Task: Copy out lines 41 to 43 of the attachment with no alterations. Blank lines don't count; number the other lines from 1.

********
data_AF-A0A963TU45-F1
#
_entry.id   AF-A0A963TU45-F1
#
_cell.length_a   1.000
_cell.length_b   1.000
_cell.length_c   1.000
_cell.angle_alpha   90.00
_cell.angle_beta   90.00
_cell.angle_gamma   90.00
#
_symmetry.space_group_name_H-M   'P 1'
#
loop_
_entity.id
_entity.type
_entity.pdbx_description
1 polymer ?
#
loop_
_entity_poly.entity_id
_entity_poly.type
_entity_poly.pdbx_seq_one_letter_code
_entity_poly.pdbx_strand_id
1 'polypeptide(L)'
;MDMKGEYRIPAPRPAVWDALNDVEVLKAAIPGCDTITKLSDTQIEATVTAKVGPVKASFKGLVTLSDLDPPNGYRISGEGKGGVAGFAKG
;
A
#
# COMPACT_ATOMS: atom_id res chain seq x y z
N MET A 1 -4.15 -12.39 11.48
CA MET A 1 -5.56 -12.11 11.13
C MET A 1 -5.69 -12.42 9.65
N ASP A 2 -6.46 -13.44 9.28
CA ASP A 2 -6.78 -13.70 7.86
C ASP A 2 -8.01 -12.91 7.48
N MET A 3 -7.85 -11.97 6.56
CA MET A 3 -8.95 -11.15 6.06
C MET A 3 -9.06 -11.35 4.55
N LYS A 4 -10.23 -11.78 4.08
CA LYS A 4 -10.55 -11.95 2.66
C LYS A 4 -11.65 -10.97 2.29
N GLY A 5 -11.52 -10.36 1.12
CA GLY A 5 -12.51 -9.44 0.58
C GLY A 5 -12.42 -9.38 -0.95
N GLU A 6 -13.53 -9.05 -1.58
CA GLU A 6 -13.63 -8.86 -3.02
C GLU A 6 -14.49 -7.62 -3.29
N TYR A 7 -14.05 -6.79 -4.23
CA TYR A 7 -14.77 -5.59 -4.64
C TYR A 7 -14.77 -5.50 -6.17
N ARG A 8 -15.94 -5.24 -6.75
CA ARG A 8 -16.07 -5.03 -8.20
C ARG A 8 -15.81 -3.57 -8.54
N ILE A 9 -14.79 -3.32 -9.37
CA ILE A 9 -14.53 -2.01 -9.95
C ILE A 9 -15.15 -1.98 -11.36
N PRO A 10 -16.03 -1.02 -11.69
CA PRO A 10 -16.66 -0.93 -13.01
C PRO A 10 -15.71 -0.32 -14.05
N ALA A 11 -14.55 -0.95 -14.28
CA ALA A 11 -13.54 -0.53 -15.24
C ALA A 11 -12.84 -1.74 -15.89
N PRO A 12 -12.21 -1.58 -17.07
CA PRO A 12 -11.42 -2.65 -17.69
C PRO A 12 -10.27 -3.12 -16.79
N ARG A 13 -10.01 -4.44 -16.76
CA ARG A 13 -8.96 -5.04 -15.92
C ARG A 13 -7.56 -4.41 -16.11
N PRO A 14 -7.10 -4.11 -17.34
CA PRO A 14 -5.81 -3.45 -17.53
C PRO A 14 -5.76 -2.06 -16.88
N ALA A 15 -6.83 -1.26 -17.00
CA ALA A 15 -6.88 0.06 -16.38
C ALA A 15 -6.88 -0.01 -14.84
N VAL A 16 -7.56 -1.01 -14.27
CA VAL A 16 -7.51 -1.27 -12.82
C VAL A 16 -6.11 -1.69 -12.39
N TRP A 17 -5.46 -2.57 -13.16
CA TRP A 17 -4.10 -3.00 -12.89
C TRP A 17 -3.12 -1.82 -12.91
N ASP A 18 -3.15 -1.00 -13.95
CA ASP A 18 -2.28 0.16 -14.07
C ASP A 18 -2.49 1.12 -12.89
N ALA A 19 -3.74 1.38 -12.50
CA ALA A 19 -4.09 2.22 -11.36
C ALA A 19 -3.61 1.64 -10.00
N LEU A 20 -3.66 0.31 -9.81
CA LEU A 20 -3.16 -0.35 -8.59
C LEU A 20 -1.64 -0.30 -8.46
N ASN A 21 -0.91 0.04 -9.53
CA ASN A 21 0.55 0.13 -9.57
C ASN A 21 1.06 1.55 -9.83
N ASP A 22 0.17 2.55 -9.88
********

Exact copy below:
CA LYS A 4 -10.55 -11.95 2.66
C LYS A 4 -11.65 -10.97 2.29
N GLY A 5 -11.52 -10.36 1.12